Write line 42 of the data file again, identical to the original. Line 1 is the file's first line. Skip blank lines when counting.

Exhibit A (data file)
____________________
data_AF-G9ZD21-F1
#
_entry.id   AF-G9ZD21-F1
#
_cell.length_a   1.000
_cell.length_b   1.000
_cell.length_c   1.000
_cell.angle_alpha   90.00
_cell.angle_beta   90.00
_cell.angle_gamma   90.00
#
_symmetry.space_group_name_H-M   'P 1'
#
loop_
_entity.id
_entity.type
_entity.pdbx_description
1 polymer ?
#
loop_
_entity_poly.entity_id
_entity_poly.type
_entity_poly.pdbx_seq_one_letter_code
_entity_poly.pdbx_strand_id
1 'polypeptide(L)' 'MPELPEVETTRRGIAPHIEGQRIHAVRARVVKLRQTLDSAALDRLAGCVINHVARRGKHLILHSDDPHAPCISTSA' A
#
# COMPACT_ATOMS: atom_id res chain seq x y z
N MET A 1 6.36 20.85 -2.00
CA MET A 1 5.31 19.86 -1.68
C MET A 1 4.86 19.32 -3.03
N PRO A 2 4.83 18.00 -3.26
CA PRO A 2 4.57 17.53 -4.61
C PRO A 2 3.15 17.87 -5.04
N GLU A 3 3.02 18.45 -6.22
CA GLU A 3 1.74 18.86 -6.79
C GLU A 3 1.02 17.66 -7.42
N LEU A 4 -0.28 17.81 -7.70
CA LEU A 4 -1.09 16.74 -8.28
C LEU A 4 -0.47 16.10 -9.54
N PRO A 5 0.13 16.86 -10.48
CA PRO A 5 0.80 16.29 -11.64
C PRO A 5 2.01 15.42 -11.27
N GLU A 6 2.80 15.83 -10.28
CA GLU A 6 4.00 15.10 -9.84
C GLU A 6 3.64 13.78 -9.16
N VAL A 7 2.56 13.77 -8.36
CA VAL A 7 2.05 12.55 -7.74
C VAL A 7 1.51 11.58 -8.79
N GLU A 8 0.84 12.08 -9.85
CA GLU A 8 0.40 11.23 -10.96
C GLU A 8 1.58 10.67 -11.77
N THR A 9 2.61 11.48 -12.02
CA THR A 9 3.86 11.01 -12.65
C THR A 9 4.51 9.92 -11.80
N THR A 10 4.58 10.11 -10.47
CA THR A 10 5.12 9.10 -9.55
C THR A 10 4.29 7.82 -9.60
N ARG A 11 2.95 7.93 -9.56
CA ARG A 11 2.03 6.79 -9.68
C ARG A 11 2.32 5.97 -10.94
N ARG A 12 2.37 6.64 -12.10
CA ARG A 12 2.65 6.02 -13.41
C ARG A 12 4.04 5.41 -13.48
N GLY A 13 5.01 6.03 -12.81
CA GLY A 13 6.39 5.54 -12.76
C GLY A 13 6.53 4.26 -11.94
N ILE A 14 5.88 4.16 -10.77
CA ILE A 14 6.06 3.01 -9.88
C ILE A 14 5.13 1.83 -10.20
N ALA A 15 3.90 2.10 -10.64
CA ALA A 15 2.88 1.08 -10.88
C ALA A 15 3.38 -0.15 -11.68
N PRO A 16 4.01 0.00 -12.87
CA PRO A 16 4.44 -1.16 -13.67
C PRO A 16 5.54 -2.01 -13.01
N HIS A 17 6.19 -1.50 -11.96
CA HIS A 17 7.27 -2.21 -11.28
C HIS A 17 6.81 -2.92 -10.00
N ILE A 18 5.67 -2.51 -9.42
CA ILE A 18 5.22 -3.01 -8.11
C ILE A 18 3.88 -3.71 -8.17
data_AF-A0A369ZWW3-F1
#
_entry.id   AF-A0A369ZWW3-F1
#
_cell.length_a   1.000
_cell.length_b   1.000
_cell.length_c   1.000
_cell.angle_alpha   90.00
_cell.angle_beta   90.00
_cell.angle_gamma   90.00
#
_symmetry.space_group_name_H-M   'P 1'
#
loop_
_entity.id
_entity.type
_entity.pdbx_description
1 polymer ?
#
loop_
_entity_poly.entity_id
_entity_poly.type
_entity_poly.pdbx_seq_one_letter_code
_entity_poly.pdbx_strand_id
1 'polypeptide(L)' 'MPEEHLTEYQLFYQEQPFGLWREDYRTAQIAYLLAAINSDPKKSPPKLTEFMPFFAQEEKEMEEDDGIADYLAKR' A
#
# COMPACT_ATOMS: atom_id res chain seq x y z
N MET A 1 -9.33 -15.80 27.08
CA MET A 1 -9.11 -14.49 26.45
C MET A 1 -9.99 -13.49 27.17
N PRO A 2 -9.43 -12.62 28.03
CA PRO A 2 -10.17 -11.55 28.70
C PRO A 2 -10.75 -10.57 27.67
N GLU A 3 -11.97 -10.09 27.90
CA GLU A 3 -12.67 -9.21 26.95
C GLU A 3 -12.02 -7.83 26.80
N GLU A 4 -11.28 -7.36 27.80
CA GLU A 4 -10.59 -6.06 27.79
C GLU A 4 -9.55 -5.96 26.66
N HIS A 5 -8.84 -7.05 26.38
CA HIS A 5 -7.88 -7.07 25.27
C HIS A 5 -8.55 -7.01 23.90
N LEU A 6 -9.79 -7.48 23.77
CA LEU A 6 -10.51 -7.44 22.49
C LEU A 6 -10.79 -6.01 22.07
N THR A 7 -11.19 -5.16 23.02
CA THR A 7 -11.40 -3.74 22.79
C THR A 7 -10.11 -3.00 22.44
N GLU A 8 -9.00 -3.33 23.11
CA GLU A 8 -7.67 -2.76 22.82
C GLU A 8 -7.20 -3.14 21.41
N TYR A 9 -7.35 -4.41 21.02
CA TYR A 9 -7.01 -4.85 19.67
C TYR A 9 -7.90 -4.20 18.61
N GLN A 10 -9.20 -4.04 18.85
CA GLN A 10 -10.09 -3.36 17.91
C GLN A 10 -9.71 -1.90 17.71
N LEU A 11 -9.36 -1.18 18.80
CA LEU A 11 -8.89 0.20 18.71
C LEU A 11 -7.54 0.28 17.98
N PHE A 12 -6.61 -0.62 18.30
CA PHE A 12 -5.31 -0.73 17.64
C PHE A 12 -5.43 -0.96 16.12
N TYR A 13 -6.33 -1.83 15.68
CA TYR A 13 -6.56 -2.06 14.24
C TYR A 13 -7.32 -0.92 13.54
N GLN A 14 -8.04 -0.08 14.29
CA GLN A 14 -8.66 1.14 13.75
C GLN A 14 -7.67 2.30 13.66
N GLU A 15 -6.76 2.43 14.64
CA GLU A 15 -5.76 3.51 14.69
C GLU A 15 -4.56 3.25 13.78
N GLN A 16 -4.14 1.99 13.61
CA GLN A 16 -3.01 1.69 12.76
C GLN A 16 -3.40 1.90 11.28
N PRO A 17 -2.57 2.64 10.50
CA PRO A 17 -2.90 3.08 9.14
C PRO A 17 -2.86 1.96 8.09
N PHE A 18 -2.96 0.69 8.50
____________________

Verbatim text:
C PRO A 5 2.01 15.42 -11.27